Virtual reality is a promising technology, but will not go mainstream in its current form
IS IT vividly realistic—or is it still just vapid razzmatazz? Virtual reality (VR), a technology that flopped in the 1990s, is making a glitzy comeback. The dream of a headset that can immerse you in a detailed, realistic 3D world is now being pursued in earnest by a gaggle of startups and the giants of technology alike. Last year Facebook bought Oculus, the most prominent VR fledgling, for $2 billion.
Mark Zuckerberg, Facebook’s boss, says “immersive 3D content is the obvious next thing after video.” Google supports VR in several of its products and is backing a secretive new company called Magic Leap. Microsoft, having missed the boat on smartphones, has developed an impressive VR system named HoloLens. Tech leaders have decided that VR could be the next big thing after the smartphone (see article). Are they right?
The VR devices appearing in the next few months will focus on video-gaming, where VR is a natural fit. But the technology will eventually have many other uses: in data visualisation, education, communication and entertainment (including VR pornography, which is already starting to appear). Whether the 3D world is computer-generated or captured using special cameras, rendering it fast enough to seem realistic—and for it not to cause nausea—requires processing power, high-resolution screens and motion sensors. Happily, all those things can be found inside modern smartphones, which is making VR hardware cheaper to put together. Smartphones have also boosted VR thanks to adaptors that turn phones into basic headsets, the cheapest of which (devised by Google) are made of cardboard and cost $10. These cannot compete with high-end VR headsets, but they offer much of the experience for less than 5% of the price. Over the past year this has led to a surge in the experimental production and consumption of VR content.
As well as hastening the rise of VR, smartphones provide an analogy for how the technology is likely to develop. VR today is where smartphones were in 2001. Back then it was clear that mobile phones, connected to the internet and armed with cameras and colour screens, were going to be important. Sure enough, people now use phones for everything from maps and music to payments and picture-sharing. But the strongest advocates of the smartphone revolution, such as Nokia, failed to anticipate how it would play out, with the result that others now dominate the new industry. The turning-point was Apple’s iPhone. With its touchscreen and elegant apps, it set the model for the entire industry. VR has yet to have its iPhone moment. The idea is sound and the gear works, but today’s chunky headsets are unlikely to conquer the mass market.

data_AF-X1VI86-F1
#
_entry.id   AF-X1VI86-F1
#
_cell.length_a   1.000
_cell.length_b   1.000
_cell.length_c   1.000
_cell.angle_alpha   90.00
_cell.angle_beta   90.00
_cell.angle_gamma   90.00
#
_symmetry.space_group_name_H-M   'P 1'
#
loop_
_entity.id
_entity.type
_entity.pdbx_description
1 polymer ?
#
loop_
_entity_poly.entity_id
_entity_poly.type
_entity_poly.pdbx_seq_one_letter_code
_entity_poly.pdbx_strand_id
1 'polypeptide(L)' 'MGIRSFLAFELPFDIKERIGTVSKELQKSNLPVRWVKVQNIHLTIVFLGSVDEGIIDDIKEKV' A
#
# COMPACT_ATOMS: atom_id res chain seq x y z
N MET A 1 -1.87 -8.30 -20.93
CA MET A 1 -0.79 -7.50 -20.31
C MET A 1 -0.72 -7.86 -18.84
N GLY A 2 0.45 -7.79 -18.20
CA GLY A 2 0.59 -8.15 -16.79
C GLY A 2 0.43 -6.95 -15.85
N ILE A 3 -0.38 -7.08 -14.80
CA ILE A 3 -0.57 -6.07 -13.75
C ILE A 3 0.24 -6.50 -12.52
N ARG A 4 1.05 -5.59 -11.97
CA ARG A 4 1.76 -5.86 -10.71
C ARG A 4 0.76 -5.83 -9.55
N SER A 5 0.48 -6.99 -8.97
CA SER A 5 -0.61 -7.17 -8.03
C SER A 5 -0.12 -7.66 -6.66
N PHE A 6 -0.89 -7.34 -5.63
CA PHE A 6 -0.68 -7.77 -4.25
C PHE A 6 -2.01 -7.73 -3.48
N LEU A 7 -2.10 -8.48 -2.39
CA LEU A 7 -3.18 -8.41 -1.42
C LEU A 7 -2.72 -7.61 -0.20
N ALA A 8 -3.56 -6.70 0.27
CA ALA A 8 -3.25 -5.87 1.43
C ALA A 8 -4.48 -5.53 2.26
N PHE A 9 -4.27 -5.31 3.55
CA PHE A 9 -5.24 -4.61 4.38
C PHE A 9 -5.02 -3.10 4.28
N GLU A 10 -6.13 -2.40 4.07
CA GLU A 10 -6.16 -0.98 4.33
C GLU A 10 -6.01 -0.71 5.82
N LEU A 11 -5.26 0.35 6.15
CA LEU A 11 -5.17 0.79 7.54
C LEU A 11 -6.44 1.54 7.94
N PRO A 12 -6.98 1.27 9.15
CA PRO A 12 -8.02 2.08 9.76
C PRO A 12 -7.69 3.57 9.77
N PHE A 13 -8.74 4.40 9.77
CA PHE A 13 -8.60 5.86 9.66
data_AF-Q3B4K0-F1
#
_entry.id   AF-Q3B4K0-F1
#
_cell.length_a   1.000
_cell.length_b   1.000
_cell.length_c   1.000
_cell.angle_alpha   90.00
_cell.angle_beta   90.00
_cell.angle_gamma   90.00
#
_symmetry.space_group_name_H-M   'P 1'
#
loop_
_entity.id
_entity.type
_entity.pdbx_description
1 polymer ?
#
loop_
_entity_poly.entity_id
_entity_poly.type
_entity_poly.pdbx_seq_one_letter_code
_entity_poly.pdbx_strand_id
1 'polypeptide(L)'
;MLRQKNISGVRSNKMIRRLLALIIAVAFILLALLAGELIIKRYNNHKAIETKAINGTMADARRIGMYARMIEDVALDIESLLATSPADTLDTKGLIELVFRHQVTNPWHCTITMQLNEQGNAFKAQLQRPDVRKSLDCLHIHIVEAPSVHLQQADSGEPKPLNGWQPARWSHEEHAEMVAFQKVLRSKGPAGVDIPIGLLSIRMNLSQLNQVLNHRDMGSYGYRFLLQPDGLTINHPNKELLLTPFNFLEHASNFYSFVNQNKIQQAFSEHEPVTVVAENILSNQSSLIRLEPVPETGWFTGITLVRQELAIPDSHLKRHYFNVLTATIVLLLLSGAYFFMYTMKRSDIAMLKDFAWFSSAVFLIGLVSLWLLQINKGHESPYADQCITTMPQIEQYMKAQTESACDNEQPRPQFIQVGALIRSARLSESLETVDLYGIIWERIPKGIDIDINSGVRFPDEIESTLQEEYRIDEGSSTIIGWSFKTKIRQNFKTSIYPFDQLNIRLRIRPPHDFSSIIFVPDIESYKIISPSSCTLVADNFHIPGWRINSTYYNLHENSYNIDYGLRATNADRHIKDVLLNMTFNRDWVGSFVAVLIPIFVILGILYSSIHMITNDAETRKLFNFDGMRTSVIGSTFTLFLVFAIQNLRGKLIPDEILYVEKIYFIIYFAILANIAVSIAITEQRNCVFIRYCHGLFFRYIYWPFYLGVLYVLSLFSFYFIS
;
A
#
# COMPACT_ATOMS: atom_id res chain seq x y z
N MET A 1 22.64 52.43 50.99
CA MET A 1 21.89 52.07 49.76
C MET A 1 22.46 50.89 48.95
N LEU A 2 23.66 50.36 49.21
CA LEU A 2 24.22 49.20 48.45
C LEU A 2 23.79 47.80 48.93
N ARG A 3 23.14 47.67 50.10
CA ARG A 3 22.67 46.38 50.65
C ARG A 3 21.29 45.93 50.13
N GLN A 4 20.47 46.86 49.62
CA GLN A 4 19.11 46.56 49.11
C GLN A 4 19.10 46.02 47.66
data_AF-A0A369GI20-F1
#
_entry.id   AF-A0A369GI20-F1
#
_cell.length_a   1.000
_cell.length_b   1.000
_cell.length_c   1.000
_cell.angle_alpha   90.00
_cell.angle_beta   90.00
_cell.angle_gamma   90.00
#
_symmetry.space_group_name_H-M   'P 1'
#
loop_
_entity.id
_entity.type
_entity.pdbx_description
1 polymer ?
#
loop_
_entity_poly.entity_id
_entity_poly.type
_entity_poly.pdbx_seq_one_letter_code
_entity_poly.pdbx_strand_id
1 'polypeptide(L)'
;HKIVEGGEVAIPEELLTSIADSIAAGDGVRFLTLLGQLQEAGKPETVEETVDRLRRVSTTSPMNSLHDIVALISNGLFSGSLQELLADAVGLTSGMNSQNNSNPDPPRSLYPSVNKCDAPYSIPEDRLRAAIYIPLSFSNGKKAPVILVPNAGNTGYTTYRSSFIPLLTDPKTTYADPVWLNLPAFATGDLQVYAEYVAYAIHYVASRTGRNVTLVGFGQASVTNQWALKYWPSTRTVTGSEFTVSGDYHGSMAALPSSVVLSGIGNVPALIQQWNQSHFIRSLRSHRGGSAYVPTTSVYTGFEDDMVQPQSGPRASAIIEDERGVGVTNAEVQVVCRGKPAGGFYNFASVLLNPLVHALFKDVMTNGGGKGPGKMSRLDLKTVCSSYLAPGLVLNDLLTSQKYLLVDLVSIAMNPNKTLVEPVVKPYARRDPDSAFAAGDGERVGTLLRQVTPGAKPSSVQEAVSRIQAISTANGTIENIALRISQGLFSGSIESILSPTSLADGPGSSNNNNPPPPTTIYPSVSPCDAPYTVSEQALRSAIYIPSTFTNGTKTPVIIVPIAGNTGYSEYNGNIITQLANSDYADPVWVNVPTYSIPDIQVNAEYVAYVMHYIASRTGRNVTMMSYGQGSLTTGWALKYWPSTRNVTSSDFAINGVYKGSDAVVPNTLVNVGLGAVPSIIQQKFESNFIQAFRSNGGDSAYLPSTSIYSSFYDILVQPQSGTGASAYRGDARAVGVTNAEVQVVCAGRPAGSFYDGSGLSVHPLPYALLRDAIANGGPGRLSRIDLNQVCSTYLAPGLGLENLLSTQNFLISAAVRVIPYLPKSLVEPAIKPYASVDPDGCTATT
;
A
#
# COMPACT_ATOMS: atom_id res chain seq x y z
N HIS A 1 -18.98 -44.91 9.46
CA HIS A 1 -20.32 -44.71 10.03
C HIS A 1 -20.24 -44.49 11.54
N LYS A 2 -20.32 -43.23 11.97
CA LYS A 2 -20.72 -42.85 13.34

How might VR triumph? One intriguing possibility would be to overlay graphics onto reality rather than replace it entirely—a technique called mixed or augmented reality (AR). Architectural models will seem to stand on your desk and video-game aliens will jump out from behind your sofa. Microsoft’s HoloLens is taking this approach. Magic Leap, meanwhile, is thought to be working on the technology for smaller and lighter AR headsets: people would sooner wear sunglasses and headphones than spend their day inside a motorbike helmet. AR could be the missing ingredient, just as the touchscreen was for the smartphone.
For the time being, VR remains a promising technology, worth watching closely, but still in a primitive incarnation. The offspring of today’s VR systems will be ubiquitous in 2030, by which time current devices will look as clunky as the folding camera-phones of 2001 do today. If the smartphone is anything to go by, the rise of VR will wrong-foot incumbent technology giants and turn obscure startups into household names. Sci-fi novelists have already sketched out a bewildering range of uses of AR, from head-up displays for soldiers to virtual jewellery that is drawn around the wearer by other people’s headsets. Such fiction provides a helpful guide to the potential impact of this emerging technology which, like the internet and smartphone, promises to touch every field of human endeavour. Just not very rapidly.